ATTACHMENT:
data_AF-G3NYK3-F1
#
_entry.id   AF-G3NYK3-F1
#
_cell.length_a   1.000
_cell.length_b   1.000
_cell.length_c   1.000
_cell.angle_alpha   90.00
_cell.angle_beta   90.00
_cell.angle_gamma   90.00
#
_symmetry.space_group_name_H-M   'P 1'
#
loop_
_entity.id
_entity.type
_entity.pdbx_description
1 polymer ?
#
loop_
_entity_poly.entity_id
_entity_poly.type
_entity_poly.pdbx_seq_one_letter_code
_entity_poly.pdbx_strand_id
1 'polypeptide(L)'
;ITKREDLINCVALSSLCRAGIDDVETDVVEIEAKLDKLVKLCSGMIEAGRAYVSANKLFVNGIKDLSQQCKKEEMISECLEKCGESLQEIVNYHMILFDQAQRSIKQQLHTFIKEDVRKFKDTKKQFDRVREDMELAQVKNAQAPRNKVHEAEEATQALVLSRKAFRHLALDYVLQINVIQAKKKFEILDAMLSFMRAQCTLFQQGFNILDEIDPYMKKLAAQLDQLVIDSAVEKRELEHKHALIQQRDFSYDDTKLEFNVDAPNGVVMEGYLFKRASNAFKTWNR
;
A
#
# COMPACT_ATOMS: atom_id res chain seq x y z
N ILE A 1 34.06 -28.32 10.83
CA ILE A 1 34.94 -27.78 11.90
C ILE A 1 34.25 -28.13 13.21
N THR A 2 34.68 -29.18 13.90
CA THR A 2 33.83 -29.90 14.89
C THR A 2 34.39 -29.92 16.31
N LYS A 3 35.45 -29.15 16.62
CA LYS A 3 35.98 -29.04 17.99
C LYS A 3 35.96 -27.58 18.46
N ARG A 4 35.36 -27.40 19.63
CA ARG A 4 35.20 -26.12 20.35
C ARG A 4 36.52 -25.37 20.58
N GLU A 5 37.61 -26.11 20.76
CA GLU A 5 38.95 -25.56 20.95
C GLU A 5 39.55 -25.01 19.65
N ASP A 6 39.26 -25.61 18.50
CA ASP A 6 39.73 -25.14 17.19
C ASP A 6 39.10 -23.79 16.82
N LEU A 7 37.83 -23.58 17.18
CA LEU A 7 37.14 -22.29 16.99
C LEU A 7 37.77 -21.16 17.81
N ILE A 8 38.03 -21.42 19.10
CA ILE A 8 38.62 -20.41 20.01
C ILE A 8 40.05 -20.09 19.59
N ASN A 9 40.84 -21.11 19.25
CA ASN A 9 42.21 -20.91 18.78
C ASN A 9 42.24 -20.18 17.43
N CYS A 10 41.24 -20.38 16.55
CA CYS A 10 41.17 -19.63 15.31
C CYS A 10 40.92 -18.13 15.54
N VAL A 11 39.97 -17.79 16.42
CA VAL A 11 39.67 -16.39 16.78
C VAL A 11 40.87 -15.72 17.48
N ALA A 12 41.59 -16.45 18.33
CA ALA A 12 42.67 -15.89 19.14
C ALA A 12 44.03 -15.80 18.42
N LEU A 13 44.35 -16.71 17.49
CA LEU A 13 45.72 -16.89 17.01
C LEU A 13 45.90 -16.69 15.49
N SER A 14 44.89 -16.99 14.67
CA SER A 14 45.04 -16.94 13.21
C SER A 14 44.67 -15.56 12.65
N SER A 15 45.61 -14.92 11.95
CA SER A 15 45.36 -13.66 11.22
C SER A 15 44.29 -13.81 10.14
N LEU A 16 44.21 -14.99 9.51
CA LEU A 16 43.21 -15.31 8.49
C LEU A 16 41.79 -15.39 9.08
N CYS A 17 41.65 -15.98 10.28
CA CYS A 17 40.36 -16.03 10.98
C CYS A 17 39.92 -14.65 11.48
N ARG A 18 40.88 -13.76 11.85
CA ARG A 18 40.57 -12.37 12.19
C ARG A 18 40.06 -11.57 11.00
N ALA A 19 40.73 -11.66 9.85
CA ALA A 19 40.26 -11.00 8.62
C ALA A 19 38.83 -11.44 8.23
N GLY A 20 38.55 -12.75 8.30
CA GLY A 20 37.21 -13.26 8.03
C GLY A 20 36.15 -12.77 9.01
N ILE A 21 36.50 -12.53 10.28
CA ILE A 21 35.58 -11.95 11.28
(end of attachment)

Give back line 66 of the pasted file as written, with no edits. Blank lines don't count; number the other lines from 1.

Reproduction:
C ALA A 12 44.03 -15.80 18.42